Robert Pollard, Normal Happiness

Robert Pollard, Normal Happiness

I’ve been reading the 33 1/3 book on Bee Thousand, which — your reviewer says, realizing his age — was a Guided By Voices album that was a revelation to everybody back in 1994, albeit a more gradual one for me than some. It was fraught with technical mistakes, low fidelity, songs at lengths that would normally be considered fragmentary, et cetera. And it took me dozens of listens to get it, to care, to be obsessed, and to have it become a touchstone to the point where it was a priority for me to time an ocean crossing to see Guided By Voices’ farewell tour.

But it’s only because we weren’t privy to Guided By Voices’ history that Bee Thousand was as alien (and therefore striking) as it was, and it’s for this reason that maybe Robert Pollard’s solo career in general and Normal Happiness in particular has been neglected as is has, even by Guided By Voices who — not unreasonably, I hasten to add — have decided that maybe 8 or 9 Pollard/GBV albums are all they need. And whereas Bee Thousand initially perplexed because of lack of familiarity, Normal Happiness arguably suffers from the reverse problem: the recording has some rough edges sanded off (though it’s downright primitive compared to those big GBV studio records), the obscure influences are now somewhat familiar (although surprising — I’d swear “Accidental Texas Who” is ripping of a Halo of Flies riff), and the collection of the songs is arguably his most approachable ever. It’s so easy to get into that its charms were, to my ears at first, almost invisible.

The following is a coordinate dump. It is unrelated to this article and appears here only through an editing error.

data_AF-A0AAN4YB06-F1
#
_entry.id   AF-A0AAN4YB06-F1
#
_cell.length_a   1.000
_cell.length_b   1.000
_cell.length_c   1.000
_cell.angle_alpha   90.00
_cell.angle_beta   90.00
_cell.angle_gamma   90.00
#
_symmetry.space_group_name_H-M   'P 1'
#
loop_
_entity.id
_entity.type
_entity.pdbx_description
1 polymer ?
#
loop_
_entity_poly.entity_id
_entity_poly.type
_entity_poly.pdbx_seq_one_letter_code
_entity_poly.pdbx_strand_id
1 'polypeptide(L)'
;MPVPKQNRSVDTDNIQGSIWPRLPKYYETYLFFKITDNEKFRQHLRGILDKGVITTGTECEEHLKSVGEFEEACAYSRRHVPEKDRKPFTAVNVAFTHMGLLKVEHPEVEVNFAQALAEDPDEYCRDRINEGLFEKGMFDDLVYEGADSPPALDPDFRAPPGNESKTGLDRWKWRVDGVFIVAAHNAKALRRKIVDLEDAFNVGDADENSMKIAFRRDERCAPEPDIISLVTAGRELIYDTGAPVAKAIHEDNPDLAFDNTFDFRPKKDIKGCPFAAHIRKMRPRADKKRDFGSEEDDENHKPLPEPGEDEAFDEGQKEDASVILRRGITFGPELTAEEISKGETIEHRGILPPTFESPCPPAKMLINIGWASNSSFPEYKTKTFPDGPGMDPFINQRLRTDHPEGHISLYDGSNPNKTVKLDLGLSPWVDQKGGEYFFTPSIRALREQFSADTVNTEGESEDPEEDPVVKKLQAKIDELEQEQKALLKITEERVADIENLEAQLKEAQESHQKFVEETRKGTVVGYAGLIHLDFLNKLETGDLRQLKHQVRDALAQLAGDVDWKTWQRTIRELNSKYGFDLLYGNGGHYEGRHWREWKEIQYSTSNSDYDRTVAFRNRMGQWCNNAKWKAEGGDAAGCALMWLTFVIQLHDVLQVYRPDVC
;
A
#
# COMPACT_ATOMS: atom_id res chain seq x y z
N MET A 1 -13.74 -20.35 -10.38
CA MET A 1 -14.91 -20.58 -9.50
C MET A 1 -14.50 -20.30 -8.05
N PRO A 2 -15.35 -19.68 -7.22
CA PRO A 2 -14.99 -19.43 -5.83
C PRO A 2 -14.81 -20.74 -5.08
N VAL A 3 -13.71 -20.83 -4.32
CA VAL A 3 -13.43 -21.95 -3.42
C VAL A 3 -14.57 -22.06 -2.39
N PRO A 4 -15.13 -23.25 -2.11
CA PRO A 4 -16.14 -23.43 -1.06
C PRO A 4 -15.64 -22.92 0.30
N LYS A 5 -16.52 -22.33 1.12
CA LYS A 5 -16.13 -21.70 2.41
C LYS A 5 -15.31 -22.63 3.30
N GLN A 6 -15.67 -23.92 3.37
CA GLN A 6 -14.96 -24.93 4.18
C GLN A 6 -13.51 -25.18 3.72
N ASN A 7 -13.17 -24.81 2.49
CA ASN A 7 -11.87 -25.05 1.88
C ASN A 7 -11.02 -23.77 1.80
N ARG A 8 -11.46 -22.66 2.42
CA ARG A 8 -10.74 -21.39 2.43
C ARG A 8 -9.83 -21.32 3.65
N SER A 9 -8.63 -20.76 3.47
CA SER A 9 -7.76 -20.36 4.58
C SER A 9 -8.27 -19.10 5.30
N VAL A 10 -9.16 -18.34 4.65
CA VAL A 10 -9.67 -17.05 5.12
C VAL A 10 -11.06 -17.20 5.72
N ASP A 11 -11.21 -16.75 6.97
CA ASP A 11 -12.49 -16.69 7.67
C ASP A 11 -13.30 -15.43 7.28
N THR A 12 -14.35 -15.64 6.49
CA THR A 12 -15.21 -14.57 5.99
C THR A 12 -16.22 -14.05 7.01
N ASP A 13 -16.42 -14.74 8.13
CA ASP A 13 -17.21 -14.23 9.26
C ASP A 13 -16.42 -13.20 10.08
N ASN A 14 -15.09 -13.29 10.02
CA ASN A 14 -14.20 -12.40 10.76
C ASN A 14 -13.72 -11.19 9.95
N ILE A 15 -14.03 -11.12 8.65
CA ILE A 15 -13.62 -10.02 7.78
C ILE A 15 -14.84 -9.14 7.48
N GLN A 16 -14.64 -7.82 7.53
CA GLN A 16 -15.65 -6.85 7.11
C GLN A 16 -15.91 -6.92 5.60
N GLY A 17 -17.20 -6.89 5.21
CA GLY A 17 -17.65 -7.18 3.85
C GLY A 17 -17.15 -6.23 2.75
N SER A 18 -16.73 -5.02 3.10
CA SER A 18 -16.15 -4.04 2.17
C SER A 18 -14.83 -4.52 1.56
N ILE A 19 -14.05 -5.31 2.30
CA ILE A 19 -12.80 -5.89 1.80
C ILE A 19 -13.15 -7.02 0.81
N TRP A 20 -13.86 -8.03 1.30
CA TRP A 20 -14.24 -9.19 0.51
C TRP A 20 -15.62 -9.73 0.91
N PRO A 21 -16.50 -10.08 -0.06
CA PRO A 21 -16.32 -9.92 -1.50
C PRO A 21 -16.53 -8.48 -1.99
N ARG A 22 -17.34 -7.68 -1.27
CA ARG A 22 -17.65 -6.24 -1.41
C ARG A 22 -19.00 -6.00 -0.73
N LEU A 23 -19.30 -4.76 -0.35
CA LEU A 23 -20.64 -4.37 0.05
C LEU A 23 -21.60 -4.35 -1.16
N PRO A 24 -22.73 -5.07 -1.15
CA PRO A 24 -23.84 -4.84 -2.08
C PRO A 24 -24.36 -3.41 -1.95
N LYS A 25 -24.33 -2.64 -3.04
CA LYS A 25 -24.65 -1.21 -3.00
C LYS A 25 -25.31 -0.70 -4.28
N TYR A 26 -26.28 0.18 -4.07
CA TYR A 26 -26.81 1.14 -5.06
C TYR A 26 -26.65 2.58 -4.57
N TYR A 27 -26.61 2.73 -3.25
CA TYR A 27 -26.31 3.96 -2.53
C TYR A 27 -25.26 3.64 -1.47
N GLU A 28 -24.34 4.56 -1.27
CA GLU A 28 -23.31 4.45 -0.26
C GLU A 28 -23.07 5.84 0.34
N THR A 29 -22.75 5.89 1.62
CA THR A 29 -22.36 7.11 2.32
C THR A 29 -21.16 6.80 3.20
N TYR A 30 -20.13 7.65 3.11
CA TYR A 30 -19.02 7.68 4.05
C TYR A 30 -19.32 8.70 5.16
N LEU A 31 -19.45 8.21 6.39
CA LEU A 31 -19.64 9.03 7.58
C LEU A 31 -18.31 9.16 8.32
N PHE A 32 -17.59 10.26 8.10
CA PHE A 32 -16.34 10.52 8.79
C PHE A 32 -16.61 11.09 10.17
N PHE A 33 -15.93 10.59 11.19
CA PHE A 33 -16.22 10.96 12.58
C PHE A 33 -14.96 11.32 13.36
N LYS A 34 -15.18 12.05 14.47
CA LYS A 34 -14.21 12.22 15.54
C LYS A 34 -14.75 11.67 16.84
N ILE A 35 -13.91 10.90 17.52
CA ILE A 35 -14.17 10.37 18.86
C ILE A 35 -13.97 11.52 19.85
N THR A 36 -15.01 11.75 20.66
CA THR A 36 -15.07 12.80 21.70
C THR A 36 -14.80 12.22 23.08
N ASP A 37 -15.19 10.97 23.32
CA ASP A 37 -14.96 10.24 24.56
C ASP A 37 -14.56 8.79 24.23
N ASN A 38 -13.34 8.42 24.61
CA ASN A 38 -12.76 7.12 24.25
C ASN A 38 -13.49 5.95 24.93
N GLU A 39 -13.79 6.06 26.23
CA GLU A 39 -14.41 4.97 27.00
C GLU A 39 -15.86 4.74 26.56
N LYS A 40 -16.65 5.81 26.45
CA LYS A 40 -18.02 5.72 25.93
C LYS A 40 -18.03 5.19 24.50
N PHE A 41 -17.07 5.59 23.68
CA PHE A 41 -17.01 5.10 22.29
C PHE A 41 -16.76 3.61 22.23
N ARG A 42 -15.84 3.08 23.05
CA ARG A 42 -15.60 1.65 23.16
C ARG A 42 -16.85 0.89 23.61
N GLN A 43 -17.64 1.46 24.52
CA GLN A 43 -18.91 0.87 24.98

And, like Bee Thousand, the repeated listens are working their magic. As with that album, it’s track 3 (“Supernatural Car Lover”) from where it unfolds, but there are nuggets of genius strewn everywhere, with the sun-strewn shards of “Gasoline Ragtime” my current discovery of choice. Pollard may never reach as wide of an audience as he did solely due to his profligacy, but Normal Happiness is proof that his creative powers are undimmed, and the treasures are waiting there, should you only want to find them.

(Merge Records -- P.O. Box 1235, Chapel Hill, NC. 27514;; Robert Pollard --
BUY ME: Amazon

Review by . Review posted Friday, March 2nd, 2007. Filed under Reviews.

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